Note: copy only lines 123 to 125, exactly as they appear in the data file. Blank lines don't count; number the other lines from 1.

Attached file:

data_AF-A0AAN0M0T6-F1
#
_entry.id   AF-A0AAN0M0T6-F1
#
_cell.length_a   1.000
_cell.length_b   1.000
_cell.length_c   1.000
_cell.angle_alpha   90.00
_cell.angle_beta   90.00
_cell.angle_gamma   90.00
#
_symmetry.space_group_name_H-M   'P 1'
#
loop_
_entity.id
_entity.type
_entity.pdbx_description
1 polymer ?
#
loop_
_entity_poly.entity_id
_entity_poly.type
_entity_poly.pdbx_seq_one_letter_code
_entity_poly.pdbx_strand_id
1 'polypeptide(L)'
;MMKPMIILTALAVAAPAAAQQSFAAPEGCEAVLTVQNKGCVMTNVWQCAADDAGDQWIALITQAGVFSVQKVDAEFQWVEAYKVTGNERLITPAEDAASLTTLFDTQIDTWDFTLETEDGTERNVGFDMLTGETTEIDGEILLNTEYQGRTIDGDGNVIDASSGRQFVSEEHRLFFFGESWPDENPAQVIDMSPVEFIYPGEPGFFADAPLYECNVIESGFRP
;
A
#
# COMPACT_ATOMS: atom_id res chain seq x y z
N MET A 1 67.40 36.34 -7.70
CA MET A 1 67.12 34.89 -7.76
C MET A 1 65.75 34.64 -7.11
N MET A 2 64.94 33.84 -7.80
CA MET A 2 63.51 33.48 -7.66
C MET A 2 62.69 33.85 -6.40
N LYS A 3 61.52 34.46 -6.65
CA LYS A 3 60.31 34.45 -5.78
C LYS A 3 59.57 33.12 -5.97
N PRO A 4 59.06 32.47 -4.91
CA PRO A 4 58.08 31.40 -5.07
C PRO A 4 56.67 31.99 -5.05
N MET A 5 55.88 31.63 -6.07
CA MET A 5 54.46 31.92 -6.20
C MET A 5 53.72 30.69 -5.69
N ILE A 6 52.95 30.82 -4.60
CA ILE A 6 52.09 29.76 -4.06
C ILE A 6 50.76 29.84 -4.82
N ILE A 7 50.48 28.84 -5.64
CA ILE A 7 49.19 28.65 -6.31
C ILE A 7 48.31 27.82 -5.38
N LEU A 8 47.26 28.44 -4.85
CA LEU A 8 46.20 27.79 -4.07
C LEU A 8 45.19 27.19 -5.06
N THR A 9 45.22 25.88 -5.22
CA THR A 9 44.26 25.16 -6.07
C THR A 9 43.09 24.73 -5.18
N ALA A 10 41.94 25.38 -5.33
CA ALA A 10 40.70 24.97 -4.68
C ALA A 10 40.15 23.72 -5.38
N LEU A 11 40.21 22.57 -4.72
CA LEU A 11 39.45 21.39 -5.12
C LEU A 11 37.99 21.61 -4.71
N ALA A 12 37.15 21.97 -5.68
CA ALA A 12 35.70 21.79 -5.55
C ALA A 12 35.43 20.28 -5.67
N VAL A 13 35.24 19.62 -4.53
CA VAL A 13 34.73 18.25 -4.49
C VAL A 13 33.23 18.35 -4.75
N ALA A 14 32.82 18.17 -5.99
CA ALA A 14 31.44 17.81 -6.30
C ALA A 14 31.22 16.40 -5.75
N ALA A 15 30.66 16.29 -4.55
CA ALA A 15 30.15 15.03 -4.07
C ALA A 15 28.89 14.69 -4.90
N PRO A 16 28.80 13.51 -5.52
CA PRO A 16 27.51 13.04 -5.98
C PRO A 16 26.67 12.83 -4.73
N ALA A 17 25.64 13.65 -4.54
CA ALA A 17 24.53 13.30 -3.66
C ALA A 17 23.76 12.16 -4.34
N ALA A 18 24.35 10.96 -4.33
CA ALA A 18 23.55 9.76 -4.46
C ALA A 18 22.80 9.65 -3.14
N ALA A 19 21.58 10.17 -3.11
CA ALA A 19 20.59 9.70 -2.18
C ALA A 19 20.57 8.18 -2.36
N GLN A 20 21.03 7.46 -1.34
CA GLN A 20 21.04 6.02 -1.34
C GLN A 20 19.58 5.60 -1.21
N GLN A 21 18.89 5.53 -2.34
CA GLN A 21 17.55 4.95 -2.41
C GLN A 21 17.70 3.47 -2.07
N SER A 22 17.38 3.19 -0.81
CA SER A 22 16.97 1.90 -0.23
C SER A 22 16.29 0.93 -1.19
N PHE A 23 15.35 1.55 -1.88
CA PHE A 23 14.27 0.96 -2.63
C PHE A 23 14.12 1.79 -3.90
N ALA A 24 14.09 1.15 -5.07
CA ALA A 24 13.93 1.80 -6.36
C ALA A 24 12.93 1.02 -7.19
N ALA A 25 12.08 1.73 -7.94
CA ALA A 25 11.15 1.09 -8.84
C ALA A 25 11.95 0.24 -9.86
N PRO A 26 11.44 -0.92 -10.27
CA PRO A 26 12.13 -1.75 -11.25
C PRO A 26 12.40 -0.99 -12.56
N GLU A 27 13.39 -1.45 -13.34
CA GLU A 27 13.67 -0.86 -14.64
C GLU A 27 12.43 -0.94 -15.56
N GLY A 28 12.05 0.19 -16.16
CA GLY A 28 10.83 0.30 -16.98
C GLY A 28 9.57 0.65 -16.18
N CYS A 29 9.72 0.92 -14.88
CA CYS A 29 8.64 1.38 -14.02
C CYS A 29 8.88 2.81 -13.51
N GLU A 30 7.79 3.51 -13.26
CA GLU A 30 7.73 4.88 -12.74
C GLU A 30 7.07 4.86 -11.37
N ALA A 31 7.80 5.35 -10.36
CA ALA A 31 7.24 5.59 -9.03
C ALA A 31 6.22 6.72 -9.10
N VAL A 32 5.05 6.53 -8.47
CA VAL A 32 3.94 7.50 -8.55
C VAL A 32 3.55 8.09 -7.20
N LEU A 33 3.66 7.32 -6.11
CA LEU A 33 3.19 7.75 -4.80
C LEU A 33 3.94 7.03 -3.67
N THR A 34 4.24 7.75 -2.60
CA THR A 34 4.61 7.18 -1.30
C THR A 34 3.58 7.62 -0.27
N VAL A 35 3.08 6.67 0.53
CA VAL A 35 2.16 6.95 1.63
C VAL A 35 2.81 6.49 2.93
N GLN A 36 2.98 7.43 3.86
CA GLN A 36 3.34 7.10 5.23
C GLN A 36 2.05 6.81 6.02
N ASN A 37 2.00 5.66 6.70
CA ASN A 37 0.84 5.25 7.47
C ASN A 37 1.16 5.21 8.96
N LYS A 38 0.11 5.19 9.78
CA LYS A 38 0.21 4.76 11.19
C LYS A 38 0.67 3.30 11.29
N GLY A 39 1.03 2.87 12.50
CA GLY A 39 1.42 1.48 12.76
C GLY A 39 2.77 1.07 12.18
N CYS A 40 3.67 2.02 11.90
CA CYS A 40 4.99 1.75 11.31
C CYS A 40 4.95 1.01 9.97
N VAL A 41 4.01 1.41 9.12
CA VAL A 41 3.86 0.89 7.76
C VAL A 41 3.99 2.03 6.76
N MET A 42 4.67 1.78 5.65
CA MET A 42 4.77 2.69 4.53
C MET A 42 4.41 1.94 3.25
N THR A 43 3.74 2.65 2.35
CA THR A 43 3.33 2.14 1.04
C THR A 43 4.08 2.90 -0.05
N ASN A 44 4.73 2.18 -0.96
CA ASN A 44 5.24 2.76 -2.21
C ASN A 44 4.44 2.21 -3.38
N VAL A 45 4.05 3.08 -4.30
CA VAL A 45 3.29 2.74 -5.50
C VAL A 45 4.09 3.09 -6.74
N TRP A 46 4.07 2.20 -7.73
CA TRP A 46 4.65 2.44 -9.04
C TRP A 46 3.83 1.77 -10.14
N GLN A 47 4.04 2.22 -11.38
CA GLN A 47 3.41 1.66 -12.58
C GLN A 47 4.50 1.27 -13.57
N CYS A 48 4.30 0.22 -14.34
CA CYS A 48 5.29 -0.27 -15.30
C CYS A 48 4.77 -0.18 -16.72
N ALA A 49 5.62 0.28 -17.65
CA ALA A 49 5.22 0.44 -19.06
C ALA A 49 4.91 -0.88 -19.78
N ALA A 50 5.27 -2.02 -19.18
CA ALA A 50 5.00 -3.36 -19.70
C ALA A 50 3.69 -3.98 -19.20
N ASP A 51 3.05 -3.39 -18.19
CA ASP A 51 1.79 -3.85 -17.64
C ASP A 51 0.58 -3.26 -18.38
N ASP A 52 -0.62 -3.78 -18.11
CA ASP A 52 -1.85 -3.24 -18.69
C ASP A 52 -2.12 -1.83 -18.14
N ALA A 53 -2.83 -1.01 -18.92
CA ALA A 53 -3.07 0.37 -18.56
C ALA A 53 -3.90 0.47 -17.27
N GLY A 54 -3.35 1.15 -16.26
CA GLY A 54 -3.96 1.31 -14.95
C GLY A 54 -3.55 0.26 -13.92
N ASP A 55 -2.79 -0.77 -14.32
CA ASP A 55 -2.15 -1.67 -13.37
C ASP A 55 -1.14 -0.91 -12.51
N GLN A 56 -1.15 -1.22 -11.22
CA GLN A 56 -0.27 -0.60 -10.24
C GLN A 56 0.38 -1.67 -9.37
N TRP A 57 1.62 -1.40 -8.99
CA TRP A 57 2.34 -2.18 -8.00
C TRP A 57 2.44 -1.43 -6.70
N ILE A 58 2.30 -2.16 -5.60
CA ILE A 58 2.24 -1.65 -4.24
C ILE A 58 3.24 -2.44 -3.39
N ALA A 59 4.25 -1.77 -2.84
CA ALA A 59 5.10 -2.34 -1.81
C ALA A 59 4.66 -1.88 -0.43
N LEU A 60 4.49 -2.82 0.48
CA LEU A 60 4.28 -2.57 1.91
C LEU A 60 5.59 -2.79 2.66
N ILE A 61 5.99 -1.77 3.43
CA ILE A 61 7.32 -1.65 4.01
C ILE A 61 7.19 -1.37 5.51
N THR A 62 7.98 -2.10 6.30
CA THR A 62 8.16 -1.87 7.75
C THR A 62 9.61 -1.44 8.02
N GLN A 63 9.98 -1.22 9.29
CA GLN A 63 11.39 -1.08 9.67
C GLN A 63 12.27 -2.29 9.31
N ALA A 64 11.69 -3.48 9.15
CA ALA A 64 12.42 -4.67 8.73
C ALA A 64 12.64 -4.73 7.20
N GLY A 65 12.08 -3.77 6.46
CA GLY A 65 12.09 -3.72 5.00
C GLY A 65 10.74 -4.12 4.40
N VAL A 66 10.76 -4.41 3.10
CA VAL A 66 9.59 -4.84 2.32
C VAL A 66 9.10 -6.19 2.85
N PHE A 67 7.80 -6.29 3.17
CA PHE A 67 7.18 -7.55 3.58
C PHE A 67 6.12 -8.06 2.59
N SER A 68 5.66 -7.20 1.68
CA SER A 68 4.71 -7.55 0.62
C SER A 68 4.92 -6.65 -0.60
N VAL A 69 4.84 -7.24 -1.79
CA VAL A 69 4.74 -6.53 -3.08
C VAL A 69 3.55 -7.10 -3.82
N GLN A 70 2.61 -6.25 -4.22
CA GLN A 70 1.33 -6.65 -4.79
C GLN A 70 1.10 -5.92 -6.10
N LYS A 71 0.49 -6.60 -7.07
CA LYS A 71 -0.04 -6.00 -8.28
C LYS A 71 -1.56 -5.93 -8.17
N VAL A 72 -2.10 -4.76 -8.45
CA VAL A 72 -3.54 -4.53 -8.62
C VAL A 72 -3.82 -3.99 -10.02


C ALA A 31 6.22 6.72 -9.10
N VAL A 32 5.05 6.53 -8.47
CA VAL A 32 3.94 7.50 -8.55